L. Douglas Wilder was governor of Virginia from 1990 until 1994. His was a
political career of many firsts: the grandson of slaves, he was the first
African American elected governor of any state in America. He was the first
black member of the state senate in the twentieth century. And he was the
first African American to win statewide office in Virginia when he was
elected lieutenant governor in 1985.
Wilder was born January 17, 1938, in Richmond Virginia, the seventh of eight children of Robert and Beulah (Richards) Wilder. The grandson of American slaves, he was named after poet Paul Laurence Dunbar and abolitionist
Frederick Douglass. Douglas Wilder attended George Mason Elementary School and Armstrong High School,
which were both racially segregated at the time. He did his undergraduate work at Virginia Union University, where he graduated with a degree in chemistry in 1951. Wilder is a prominent life member of Omega Psi Phi Fraternity, Inc., an intercollegiate Greek-letter fraternity established by and for African Americans.
Wilder served in the Korean War, earning a Bronze Star for heroism at Chop Hill. He rose to leadership in his first experience in an integrated organization, as
President Truman had desegregated the military in 1948. After his service, Wilder earned a law degree at Howard University School of Law under the G.I. Bill. Virginia university law schools did not then admit African Americans. He graduated in 1959 and returned to Richmond to co-found the law firm of Wilder, Gregory, and Associates.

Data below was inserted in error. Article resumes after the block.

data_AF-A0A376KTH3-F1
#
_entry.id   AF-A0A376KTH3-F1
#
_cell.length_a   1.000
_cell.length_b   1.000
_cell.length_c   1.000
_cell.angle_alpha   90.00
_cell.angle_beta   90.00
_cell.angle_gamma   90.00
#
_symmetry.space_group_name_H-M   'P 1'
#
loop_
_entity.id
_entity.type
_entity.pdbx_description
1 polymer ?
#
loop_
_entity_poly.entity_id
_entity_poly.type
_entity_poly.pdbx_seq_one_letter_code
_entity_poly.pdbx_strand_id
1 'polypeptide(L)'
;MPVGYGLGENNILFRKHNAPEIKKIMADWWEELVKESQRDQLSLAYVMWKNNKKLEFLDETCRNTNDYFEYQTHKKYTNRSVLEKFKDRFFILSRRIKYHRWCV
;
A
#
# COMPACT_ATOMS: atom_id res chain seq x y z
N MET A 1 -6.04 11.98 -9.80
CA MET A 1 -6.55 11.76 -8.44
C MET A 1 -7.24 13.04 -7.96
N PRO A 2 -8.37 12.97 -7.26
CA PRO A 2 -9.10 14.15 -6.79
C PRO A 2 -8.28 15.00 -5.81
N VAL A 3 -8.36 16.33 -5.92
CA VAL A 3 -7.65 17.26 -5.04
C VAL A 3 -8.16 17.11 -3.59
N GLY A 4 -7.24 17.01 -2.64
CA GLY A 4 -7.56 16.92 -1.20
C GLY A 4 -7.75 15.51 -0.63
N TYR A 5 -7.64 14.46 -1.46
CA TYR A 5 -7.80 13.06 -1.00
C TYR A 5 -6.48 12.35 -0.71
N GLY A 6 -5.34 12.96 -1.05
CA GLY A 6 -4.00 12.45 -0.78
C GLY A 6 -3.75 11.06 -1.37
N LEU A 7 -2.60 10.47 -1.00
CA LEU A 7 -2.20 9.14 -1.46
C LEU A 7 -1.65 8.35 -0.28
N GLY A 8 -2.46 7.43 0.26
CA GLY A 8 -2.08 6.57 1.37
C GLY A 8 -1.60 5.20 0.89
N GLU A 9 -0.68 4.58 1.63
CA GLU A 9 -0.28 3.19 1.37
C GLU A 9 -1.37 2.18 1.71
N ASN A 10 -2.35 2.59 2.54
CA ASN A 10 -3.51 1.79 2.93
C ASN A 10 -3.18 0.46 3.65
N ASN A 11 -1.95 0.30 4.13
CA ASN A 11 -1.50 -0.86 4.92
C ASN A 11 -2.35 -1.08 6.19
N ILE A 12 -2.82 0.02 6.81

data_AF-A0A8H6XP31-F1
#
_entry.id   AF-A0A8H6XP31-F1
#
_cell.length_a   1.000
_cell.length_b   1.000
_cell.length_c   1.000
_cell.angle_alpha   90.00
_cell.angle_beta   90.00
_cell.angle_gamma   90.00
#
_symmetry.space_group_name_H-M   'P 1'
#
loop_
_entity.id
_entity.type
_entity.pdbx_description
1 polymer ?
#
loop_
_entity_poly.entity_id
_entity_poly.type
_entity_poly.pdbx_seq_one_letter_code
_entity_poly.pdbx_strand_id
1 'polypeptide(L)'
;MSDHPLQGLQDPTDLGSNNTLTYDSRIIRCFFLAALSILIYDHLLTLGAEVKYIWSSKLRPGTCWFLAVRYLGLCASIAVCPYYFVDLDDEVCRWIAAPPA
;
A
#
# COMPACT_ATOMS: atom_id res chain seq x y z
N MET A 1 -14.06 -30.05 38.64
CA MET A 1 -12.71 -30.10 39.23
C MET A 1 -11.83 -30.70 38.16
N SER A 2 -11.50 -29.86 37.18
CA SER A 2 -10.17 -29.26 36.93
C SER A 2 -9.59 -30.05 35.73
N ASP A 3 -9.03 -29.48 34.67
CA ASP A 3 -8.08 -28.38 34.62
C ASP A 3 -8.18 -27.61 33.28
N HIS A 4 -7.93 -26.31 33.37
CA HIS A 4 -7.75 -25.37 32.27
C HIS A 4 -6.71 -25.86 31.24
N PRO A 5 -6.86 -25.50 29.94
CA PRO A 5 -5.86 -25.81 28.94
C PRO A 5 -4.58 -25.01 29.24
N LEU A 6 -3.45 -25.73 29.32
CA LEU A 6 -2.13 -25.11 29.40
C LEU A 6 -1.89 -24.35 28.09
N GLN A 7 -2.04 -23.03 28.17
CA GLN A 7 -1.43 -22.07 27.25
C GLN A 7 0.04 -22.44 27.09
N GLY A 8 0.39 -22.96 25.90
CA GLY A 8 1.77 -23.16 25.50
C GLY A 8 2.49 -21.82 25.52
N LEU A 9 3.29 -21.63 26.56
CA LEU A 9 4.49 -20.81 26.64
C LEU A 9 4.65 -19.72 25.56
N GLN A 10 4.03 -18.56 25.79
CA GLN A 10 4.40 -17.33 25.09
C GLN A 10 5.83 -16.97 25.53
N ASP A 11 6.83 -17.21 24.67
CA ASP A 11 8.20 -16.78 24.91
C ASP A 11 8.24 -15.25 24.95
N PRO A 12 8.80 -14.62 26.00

In 1969, Douglas Wilder entered politics, running in a special election for
the Virginia state senate. He won and became the first African American
state senator in Virginia since Reconstruction. Wilder spent ten years in
the General Assembly and was recognized as one of its most effective
legislators. During his time in the Senate, Wilder supported a number of
bills that were beneficial to low-income residents, and was also a major
proponent of anti-discrimination bills. He was most active, however, in
reforming legislation relating to juvenile criminal offenders. Beginning in
the mid-1970s, Wilder also fought to secure a state holiday for
Martin Luther King,
Jr.'s birthday, which finally succeeded in 1984
In 1985, Wilder was elected lieutenant governor. Four years later, he ran
for statewide office again, and, on January 13, 1990, L. Douglas Wilder
became Virginia's sixty-sixth governor. He was the first elected African
American governor in United States history. During his administration,
Wilder was praised for his sound fiscal management and his ability to
balance the state budget during difficult economic times. He sponsored new
construction projects at many of Virginia's colleges and universities,
mental health facilities, and state parks.
For a brief time in 1991 Wilder was a candidate for the Democratic
nomination for president of the United States. His prominence in national
politics, based on his achievements in Virginia politics, illustrated how
much had changed in Virginia and in the nation since the days when African
Americans were often prevented from voting or taking part in public life.